Now, the translation: “This hand of mine, which is hostile to tyrants, seeks by the sword quiet peace under liberty.”

Much like the Declaration of Independence, the Constitution of the Commonwealth of Massachusetts also counts the right of “enjoying and defending [our] lives and liberties” among Our “unalienable rights.”

What follows are some additional key excerpts from that Constitution. First, the third and final paragraph of the Preamble:

“We, therefore, the people of Massachusetts, acknowledging, with grateful hearts, the goodness of the great Legislator of the universe, in affording us, in the course of His providence, an opportunity, deliberately and peaceably, without fraud, violence or surprise, of entering into an original, explicit, and solemn compact with each other; and of forming a new constitution of civil government, for ourselves and posterity; and devoutly imploring His direction in so interesting a design, do agree upon, ordain and establish the following Declaration of Rights, and Frame of Government, as the Constitution of the Commonwealth of Massachusetts.”

Rights, Duties, and Happiness

To conclude, this next, highly instructive portion immediately follows the Preamble:

A Declaration of the Rights of the Inhabitants of the Commonwealth of Massachusetts

Article II.

It is the right as well as the duty of all men in society, publicly, and at stated seasons to worship the Supreme Being, the great Creator and Preserver of the universe. And no subject shall be hurt, molested, or restrained, in his person, liberty, or estate, for worshipping God in the manner and season most agreeable to the dictates of his own conscience; or for his religious profession or sentiments; provided he doth not disturb the public peace, or obstruct others in their religious worship.

Article III.

As the happiness of a people, and the good order and preservation of civil government, essentially depend upon piety, religion and morality; and as these cannot be generally diffused through a community, but by the institution of the public worship of God, and of public instructions in piety, religion and morality… .”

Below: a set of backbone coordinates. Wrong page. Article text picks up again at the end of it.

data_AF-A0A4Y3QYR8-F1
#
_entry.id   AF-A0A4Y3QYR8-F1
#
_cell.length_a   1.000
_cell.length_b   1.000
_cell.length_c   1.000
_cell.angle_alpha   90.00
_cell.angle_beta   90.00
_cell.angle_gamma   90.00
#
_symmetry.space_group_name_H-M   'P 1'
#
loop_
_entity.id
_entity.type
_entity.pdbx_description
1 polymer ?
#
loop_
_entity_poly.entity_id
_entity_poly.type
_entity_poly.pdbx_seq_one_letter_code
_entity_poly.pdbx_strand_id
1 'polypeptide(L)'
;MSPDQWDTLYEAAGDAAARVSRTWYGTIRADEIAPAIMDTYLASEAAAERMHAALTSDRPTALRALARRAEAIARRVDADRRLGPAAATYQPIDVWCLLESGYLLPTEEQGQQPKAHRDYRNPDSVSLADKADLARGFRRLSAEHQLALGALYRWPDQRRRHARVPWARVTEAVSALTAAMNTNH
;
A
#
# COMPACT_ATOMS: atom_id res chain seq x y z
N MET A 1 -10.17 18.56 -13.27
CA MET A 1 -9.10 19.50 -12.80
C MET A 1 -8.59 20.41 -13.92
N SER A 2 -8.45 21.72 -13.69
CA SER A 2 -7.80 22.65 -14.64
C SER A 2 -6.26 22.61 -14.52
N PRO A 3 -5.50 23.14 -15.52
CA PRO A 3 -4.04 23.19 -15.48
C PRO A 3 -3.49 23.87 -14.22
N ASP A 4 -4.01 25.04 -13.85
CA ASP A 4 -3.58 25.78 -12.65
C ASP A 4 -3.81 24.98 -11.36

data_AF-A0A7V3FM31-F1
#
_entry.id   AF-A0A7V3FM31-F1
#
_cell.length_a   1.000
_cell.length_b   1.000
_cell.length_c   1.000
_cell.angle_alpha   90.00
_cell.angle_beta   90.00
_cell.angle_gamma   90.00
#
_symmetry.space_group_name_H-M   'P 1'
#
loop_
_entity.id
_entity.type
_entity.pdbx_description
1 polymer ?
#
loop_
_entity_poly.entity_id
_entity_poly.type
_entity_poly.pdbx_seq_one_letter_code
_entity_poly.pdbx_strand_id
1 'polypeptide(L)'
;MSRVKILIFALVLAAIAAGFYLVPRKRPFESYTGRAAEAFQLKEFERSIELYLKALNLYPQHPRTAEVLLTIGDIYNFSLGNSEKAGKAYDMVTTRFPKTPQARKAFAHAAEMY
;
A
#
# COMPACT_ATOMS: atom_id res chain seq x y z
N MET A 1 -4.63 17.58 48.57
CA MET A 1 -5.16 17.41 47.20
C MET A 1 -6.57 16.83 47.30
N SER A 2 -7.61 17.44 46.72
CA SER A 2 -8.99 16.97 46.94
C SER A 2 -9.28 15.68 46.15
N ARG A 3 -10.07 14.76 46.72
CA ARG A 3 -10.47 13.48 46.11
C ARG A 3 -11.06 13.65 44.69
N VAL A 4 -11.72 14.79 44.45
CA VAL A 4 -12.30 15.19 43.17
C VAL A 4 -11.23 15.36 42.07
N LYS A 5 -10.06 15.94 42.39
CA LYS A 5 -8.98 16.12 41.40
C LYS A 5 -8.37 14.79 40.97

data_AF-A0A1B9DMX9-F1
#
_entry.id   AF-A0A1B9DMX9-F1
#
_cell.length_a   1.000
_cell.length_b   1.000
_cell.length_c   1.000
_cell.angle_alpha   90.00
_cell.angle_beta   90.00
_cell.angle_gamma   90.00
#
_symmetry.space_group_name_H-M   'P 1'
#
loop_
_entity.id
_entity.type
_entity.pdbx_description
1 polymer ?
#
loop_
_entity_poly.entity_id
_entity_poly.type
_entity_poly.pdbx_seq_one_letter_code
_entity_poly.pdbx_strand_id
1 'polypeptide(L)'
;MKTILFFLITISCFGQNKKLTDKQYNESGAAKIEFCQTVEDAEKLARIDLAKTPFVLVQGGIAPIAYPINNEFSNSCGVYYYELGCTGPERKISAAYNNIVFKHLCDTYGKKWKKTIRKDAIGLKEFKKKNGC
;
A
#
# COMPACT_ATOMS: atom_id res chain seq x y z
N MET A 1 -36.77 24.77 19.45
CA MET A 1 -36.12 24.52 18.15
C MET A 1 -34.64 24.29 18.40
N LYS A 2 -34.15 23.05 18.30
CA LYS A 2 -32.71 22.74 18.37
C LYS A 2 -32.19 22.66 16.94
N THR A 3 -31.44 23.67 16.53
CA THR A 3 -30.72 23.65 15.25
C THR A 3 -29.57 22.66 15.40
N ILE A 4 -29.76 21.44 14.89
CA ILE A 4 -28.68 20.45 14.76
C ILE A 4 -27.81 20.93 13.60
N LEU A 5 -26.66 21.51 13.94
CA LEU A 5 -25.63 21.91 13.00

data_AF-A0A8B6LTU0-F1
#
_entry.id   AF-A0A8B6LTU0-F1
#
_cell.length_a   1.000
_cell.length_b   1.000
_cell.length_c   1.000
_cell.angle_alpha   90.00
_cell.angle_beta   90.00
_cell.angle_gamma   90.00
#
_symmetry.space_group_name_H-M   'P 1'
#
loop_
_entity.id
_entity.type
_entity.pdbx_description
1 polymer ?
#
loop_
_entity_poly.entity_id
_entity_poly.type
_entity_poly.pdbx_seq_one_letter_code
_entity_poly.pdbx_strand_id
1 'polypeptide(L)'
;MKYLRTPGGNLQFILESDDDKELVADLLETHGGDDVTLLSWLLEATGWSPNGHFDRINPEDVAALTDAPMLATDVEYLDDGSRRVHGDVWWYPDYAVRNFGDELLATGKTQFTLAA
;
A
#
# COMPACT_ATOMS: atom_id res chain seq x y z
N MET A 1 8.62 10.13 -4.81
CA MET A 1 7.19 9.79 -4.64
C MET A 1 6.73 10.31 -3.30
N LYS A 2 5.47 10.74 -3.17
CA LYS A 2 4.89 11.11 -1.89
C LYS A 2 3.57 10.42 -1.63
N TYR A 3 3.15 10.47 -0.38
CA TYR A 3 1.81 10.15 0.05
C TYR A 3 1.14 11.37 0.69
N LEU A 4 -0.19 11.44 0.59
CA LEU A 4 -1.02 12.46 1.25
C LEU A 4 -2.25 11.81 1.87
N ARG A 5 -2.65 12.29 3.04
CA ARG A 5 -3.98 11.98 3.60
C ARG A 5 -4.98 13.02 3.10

Seal of Massachusetts

Seal of Kansas

On this day in 1861, Kansas becomes the 34th state to join the Union, doing so as a free state.

Here’s a portion of the preamble of the Kansas Constitution:

“We, the people of Kansas, grateful to Almighty God for our civil and religious privileges, in order to insure the full enjoyment of our rights as American citizens, do ordain and establish this constitution of the state of Kansas…”

Ingalls, Impossible, Immortality and Injustice

Additionally, the state motto, “Ad astra per aspera,” is a Latin phrase meaning “To the stars through difficulties.”
John James Ingalls coined the motto in 1861, the same year as statehood.  He elaborated that, “The aspiration of Kansas is to reach the unattainable; its dream is the realization of the impossible.”

Ingalls was a member of the Wyandotte constitutional convention, which admitted Kansas as a free state. He also served as a state senator.

Indeed, it was Ingalls who wrote: “Irrespective of creeds and theology, they are wise who would recognize God in the Constitution, because faith in a Supreme Being, in immortality and the compensations of eternity conduces powerfully to social order by enabling man to endure with composure the injustice of this world in the hope of reparation in that which is to come.”

Our Lost Founding recognizes this, and it exists to share this world-changing wisdom with you so that your citizenry here and in the hereafter may be well-founded.

Seal of Kansas

Michigan State Seal

On this day in 1837, President Andrew Jackson signs a bill making the two peninsulas of Michigan the 26th state in the Union. Previously, the Territory of Michigan was part of the Northwest Territory ceded under 1783 with the Treaty of Paris.

First, here’s the Constitution of Michigan Preamble:
We, the people of the State of Michigan, grateful to Almighty God for the blessings of freedom, and earnestly desiring to secure these blessings undiminished to ourselves and our posterity, do ordain and establish this constitution.

Multiple Mottos

Also, the Great Seal, as seen below, contains three Latin mottos:
1) E Pluribus Unum, which means “Out of many, one,” and is a motto of the United States
2) Tuebor, translates to “I will defend”
3) Si Quæris Peninsulam Amœnam Circumspice, says “If you seek a pleasant peninsula, look about you,” and this is the official state motto.

Finally, let us indeed look about. Our American heritage, in other words, Our Lost Founding, is worth defending for the sake of many, and for posterity.


Michigan State Seal